Of course none of that would matter if quality wasn’t on equal footing with quantity. A combination of bare-boned ballads, ominous Lou Reed-like intonations, populist protest tunes, and straight-on rockers, it finds Barton excising his emotions in ways that resonate with craft, creativity and conviction. Even with 37 songs, the bar remains consistently high, with nary a wasted moment to be found. Several of its offerings — the anthemic “How Can I Believe,” the beguiling “Breath” and “Northwest Girl,” and a remarkable take on the Rolling Stones standard “Dandelion” that’s freshly retuned — rank among the best efforts of Barton’s career. Granted, he has some help at times — drummers Pete Thomas and Dave Scheff, the Wondermints’ Nelson Bragg and producer/multi-instrumentalist Marvin Etzioni all lend their talents to the third side. Yet when Barton emphatically declares “I fucking love you” on final track “I Fly,” it becomes a singular statement that exudes its own special sort of enthusiasm. A more spirited statement of purpose would be hard to imagine.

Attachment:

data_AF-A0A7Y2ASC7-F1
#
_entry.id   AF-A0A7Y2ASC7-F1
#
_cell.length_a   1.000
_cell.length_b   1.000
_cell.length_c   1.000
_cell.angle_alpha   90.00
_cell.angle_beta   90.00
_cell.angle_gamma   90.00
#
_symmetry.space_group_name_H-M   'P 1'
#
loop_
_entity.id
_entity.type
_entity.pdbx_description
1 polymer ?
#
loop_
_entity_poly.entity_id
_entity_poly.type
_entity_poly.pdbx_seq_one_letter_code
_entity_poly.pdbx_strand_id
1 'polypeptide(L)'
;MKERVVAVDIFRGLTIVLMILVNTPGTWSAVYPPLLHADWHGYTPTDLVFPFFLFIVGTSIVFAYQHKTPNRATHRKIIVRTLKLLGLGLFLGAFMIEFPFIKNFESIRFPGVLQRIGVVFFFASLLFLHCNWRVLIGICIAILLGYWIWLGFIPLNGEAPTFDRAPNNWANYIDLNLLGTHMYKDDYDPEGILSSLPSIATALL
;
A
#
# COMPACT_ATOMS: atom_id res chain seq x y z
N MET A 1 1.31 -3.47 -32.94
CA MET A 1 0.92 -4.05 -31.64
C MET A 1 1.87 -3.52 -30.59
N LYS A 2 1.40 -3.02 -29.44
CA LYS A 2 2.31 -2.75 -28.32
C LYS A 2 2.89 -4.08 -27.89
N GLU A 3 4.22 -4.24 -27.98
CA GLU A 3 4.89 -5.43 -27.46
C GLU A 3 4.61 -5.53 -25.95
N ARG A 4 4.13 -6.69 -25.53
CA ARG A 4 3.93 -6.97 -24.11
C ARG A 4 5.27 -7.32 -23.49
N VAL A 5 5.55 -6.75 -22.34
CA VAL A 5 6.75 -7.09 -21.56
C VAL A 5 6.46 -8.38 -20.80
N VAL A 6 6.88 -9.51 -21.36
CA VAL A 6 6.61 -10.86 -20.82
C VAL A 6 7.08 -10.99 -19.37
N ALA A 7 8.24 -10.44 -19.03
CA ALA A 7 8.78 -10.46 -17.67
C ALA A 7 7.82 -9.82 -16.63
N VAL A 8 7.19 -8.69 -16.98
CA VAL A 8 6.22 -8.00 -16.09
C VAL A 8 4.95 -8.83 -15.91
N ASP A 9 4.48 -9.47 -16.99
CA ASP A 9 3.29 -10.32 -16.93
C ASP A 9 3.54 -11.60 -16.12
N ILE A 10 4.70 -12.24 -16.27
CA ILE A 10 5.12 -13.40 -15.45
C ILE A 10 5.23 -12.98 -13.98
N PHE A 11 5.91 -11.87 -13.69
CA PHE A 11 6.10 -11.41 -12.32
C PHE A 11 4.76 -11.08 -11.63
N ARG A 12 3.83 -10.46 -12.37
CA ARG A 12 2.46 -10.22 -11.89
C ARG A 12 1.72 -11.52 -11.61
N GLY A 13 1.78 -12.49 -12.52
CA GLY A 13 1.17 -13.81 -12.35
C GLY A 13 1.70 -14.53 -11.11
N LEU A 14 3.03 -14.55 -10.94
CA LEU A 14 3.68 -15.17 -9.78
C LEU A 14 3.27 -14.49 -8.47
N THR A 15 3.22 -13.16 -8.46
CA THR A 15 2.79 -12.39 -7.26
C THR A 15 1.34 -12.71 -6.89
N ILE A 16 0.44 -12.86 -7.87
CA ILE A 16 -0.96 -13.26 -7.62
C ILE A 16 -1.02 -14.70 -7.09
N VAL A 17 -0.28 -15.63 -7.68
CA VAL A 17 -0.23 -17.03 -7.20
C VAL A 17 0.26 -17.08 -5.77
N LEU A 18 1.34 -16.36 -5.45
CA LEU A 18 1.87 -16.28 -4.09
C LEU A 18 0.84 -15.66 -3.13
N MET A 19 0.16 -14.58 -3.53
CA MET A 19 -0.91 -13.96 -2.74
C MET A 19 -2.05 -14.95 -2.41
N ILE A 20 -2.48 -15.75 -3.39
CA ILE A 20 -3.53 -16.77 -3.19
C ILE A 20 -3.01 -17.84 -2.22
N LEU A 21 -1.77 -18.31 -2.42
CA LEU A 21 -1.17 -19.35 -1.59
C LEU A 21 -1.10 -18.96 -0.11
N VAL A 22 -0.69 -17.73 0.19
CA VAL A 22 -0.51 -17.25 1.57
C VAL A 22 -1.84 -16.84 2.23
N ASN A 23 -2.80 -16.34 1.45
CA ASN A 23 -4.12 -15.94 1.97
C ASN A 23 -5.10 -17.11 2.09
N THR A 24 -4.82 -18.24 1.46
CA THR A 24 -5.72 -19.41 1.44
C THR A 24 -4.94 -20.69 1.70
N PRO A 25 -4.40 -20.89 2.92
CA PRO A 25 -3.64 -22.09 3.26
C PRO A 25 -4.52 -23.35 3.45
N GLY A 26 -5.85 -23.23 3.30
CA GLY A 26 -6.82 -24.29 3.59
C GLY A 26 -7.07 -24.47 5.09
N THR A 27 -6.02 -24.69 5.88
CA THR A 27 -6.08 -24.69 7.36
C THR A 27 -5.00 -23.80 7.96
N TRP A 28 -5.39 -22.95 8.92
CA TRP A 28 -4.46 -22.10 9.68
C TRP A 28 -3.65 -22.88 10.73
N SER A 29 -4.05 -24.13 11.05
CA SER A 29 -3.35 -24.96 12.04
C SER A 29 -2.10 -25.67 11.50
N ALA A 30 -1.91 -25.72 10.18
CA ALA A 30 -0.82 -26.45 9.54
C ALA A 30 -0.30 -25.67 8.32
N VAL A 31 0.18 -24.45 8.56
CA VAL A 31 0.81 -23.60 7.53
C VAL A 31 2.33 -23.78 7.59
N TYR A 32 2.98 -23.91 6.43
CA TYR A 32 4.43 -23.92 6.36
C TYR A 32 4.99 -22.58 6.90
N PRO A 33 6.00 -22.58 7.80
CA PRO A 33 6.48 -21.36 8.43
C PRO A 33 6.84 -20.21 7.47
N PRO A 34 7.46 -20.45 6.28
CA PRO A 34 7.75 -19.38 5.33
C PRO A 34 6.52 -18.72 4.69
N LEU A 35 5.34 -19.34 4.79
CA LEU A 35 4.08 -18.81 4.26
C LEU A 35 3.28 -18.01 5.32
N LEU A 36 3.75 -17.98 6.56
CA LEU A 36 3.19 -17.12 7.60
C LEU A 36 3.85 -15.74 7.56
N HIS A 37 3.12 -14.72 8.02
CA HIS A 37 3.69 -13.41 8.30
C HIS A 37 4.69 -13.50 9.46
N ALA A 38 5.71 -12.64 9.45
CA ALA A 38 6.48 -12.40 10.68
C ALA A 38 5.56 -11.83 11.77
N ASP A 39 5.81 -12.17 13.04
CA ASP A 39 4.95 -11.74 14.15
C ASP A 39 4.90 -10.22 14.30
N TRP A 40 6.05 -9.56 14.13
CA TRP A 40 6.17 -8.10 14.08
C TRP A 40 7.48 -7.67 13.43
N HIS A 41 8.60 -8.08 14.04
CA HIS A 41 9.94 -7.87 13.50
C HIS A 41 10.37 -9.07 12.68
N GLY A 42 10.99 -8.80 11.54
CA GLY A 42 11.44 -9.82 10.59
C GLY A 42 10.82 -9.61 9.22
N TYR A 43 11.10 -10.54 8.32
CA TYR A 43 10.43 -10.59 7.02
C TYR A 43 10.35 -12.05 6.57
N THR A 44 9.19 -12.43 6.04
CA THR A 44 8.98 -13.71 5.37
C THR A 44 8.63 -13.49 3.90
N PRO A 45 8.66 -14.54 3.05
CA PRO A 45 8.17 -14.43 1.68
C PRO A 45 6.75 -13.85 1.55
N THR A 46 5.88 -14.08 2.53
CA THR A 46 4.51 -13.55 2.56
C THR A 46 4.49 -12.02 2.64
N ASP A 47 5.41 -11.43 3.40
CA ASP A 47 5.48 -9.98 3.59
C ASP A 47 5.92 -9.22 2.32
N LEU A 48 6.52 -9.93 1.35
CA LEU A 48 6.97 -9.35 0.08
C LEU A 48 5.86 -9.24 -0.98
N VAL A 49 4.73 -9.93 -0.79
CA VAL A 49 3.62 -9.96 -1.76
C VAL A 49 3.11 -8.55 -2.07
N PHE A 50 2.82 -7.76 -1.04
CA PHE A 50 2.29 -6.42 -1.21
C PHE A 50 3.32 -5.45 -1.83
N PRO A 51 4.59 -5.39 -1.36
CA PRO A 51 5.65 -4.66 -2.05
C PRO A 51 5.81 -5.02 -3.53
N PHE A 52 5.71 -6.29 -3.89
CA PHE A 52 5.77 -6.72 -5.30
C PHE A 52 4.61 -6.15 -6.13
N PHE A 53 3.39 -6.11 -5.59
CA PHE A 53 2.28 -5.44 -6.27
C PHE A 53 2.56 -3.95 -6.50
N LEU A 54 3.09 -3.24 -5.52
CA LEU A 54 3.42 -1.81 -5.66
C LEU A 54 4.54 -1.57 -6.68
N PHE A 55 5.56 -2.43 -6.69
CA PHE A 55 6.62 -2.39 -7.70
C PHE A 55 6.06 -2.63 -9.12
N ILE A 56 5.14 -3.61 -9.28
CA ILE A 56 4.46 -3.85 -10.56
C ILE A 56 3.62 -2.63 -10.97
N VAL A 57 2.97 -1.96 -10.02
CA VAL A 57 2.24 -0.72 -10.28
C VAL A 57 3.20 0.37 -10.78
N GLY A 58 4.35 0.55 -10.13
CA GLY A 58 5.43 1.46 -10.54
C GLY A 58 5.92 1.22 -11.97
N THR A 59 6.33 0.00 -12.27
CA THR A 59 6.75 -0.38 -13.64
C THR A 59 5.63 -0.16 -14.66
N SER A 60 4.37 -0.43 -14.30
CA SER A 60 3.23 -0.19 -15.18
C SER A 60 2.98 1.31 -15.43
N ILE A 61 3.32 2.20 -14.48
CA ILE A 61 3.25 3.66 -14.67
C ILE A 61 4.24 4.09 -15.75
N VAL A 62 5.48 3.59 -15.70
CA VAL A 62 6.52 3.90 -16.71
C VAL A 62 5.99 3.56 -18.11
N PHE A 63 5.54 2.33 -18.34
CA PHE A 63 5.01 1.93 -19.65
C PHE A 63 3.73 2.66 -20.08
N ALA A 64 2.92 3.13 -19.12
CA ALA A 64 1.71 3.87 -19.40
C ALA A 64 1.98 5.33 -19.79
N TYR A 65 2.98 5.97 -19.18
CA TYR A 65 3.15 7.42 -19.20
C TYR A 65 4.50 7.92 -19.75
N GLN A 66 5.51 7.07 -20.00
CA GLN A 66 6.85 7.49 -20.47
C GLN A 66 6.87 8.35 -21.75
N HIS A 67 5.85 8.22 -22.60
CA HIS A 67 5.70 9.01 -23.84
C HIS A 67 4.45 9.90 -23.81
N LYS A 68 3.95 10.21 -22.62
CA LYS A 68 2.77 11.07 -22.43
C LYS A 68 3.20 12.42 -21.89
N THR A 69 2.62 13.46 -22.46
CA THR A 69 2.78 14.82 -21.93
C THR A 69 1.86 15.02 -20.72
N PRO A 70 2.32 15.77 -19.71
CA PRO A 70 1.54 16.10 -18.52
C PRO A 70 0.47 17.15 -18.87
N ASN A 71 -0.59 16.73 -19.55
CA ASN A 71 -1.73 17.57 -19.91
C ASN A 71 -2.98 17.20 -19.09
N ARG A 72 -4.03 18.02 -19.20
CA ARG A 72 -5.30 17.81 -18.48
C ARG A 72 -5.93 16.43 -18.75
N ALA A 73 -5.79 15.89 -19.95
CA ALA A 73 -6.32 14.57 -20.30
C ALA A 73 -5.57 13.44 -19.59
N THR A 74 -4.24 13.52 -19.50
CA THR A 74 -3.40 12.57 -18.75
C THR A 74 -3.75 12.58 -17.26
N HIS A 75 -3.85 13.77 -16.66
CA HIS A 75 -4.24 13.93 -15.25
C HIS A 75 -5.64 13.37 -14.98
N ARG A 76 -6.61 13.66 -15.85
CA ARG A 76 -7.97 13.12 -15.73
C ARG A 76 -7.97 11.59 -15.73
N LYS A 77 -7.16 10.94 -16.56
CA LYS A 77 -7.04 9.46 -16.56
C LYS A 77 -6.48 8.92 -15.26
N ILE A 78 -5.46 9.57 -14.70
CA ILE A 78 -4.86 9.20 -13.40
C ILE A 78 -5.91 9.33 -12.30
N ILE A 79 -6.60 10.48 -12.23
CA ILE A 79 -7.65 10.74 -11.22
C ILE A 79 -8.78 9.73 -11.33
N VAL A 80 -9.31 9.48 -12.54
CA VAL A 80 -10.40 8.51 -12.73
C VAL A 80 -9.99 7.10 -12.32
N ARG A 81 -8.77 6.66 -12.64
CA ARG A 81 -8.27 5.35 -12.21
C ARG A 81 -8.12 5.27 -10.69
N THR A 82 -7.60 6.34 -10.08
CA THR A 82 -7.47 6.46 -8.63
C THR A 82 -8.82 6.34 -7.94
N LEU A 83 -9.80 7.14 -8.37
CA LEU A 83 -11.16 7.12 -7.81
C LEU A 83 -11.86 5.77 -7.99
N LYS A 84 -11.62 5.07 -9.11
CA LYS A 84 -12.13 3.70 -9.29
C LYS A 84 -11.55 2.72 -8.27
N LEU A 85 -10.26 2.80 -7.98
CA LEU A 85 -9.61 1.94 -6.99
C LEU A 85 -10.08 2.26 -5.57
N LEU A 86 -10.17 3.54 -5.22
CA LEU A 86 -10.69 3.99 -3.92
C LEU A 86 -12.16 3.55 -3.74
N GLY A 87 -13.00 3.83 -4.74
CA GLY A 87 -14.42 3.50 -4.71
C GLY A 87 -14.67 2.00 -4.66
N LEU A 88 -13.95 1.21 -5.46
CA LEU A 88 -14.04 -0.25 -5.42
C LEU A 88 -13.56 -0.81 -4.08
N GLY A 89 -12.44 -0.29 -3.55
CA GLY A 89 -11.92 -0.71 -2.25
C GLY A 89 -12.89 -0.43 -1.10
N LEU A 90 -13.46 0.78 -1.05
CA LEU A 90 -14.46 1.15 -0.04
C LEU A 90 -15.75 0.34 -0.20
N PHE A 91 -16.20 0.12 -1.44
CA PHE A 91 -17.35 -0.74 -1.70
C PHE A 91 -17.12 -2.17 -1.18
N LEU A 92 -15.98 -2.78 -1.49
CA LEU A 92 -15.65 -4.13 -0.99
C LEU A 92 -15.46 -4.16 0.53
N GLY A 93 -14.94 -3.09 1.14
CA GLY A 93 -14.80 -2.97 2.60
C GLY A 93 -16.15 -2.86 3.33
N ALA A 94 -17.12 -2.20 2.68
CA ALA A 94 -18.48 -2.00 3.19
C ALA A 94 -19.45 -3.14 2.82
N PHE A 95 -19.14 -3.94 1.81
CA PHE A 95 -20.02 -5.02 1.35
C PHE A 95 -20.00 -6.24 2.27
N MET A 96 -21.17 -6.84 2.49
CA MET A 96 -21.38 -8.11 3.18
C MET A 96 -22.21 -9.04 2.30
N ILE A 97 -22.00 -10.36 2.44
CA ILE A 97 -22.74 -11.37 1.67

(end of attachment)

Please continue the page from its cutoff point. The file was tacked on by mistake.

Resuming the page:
DOWNLOAD: “How Can I Believe,” “Dandelion,” “I Fly”

Jason Isbell + Richard Thompson 5/8/18, Knoxville

Dates: May 5, 2018

Location: Tennessee Theater, Knoxville TN

Isbell and his 400 Unit team up with the British legend at the Tennessee Theater.

By Lee Zimmerman / Photos by Alisa B. Cherry

Though some members of the audience might have had some reservations about a 50 year musical veteran like Richard Thompson playing a solo opening set for a comparative newcomer like Jason Isbell and his band the 400 Unit, the commonality in terms of their songwriting styles helped ensure a seamless evening.